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An overview of the racial tension in the united states in the past century

As the century began, the U. The nonwhite minority was composed primarily of black Americans living in the rural South.

America’s Racial and Ethnic Minorities

The minority population is comprised of nearly as many Hispanics as blacks, surging numbers of Asians, and a small but growing American Indian population. By the middle of the 21st century, non-Hispanic whites will make up a slim and fading majority of Americans.

Hispanics will be nearly one-fourth of the U. Blacks, Asians, and American Indians together will make up close to one-fourth of the population. The four minority groups make up at least one-half of the residents in Honolulu, Los Angeles, Miami, San Antonio, and several other metropolitan areas. But many parts of the country have little racial or ethnic diversity.

Minorities make up less than 5 percent of the populations of Maine, New Hampshire, Vermont, and West Virginia, for example. Immigration is transforming the U. Asian and Hispanic populations.

  1. African slavery, for instance, provided free labor and added political clout for slaveholding states in the South.
  2. Across the South, federal troops were called in to facilitate the process.
  3. And that has changed everything.

Asian population was predominately Japanese, Filipino, and Chinese just two decades ago. Minorities have also become more diverse socioeconomically. The number of minorities in the highest income brackets has more than doubled since 1980, for example, yet minorities still account for a disproportionate share of the poor.

  • Now numbering four million souls, they were, as Ta-Nehisi Coates has written, America's "greatest financial asset";
  • And that has changed everything.

More minority politicians are being elected to public office, but minorities are more likely than non-Hispanic whites to serve time in prison. More minorities are earning graduate and professional degrees, yet a disproportionately large percentage never finish high school. Many businesses target their products to specific minorities because they recognize that minorities are an expanding market. Aspects of black, Hispanic, Asian, and American Indian culture—including art, food, music, and styles of dress—are being adopted throughout American society.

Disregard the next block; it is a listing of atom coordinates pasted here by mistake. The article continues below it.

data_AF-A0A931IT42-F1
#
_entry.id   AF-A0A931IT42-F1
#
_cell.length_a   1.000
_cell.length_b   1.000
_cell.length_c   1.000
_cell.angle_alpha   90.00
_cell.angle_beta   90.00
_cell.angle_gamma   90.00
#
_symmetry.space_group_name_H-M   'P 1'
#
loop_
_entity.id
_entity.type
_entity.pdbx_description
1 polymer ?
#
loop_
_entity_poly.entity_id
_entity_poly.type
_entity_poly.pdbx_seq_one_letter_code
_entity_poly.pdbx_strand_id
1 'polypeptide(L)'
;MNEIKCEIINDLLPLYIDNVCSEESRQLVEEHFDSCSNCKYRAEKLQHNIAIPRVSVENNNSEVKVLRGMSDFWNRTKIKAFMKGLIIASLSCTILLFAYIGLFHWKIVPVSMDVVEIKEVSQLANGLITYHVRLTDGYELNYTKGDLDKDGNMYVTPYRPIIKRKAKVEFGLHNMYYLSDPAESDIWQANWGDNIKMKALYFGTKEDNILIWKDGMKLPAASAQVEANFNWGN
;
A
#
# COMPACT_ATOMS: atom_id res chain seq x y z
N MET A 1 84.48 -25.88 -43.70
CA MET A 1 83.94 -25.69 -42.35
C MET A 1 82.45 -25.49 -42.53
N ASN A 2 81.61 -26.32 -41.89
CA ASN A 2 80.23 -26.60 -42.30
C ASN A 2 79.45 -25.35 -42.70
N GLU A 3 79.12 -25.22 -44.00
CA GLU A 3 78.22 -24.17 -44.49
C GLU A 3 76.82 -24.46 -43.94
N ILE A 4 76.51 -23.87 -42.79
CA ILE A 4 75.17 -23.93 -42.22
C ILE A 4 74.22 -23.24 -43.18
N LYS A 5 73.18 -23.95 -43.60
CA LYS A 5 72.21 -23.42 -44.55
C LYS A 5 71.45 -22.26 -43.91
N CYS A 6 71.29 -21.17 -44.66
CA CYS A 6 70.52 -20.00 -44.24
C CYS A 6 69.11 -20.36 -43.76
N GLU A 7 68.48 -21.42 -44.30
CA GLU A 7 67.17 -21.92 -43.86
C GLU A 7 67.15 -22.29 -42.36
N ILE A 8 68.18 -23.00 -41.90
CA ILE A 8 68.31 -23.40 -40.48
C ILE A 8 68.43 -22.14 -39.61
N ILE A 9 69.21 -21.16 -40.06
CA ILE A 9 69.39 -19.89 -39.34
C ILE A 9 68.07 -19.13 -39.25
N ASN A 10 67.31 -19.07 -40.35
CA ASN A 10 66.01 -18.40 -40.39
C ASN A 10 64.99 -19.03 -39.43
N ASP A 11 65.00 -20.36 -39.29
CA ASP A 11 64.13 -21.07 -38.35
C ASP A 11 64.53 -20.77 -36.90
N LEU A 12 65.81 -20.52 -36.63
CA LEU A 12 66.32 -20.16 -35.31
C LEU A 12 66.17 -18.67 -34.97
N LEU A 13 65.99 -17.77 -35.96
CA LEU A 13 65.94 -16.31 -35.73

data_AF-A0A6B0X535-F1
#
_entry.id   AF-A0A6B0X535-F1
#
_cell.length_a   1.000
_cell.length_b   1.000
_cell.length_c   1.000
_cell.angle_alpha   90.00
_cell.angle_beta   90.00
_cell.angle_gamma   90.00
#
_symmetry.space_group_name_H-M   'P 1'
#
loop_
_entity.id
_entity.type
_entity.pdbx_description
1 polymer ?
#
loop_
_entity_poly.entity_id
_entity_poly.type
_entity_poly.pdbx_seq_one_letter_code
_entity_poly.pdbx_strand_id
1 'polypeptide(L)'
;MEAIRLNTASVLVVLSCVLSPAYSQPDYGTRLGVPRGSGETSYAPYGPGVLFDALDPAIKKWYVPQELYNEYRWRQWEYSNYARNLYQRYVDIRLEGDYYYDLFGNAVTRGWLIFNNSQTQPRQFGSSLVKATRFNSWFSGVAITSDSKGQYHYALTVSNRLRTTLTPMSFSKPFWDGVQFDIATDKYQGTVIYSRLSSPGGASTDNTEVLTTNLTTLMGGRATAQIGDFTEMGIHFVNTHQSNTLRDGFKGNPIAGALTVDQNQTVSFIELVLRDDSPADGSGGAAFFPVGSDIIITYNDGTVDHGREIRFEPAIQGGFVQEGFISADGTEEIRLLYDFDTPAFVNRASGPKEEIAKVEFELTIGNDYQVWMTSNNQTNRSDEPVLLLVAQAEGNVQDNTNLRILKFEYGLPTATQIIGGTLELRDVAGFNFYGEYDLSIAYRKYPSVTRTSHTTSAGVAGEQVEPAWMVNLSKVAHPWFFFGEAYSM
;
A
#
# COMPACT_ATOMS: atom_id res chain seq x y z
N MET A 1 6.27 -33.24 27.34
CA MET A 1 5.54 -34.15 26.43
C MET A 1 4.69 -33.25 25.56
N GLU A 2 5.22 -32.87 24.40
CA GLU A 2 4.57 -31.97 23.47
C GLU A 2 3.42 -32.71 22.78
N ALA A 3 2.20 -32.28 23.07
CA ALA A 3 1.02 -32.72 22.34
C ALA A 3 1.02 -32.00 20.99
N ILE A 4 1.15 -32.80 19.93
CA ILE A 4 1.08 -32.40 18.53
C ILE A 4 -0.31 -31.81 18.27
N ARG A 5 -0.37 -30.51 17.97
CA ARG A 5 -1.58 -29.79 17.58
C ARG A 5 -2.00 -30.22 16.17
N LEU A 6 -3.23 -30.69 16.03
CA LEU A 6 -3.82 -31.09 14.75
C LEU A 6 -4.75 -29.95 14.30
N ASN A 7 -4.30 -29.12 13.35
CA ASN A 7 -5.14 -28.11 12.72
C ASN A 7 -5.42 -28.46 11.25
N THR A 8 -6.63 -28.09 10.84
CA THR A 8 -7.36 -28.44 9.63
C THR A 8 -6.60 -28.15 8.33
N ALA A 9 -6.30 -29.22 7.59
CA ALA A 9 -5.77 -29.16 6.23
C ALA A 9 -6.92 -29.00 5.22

Americans are divided in their beliefs about the long-term effects of the growing diversity. Discussions on this topic sometimes become heated because the increase in the minority populations is closely linked to important policy issues relating to immigration, affirmative action, welfare, and education reform.

Few Americans have a good grasp of how large the different minority groups are. A 1997 survey by the Gallup organization found that just 8 percent of Americans knew that African Americans make up between 10 percent and 15 percent of the U. In a 1990 Gallup poll, respondents estimated that Hispanics made up about 20 percent of the U. Opinion polls also show that many white Americans believe that racial discrimination no longer impedes the advancement of minorities.

Yet numerous studies document continued discrimination against racial and ethnic minorities in employment, housing, criminal arrests and prosecutions, and many other sectors of society.

Although the transition to a multiethnic America is moving at a rapid pace, it is occurring remarkably smoothly. But occasionally tensions build and erupt into serious confrontations.

Know your history: Understanding racism in the US

In the 1990s, Americans have witnessed racial riots in Los Angeles, the burning of African American churches in the South, and the murders of a Filipino postal worker in California and of a black man in Texas. Hate crimes against minorities, especially African Americans, reportedly increased in the 1990s.

Yet such confrontations are rare and involve far fewer people than the violence among racial and ethnic groups in many other countries. Hate crimes and blatant racism directed against immigrants have been widely reported in Western Europe in recent decades as these countries received an influx of economic migrants and political refugees.

During the last decade of the century, ethnic and religious differences have led to massacres of ethnic Tutsis by Hutus in Rwanda; full-scale war involving Serb, Bosnian, Albanian, and other ethnic groups in the Balkans; and violence against ethnic Chinese in Indonesia. To the rest of the world, the United States is a grand and daring experiment. No other country has so successfully blended so many people of different races and cultures. At a time when racial and ethnic rivalries are promoting violence around the globe, how Americans handle their transition to a multiracial society has implications that extend far beyond U.

If the United States can avoid a violent clash of cultures, the country can benefit from its growing diversity.

Ideas of Race in Early America

A multicultural, multiethnic America has a competitive advantage in the global economy. The United States is geographically positioned to serve the growing Latin American market to its south, its traditional European market to its east, and the burgeoning Asian market to its west.

As Americans reassess their view of the nation and its future, they will no doubt express contradictory views and arrive at different positions on public policy issues. Resolving those differences will be easier if Americans understand the current demographic reality of U.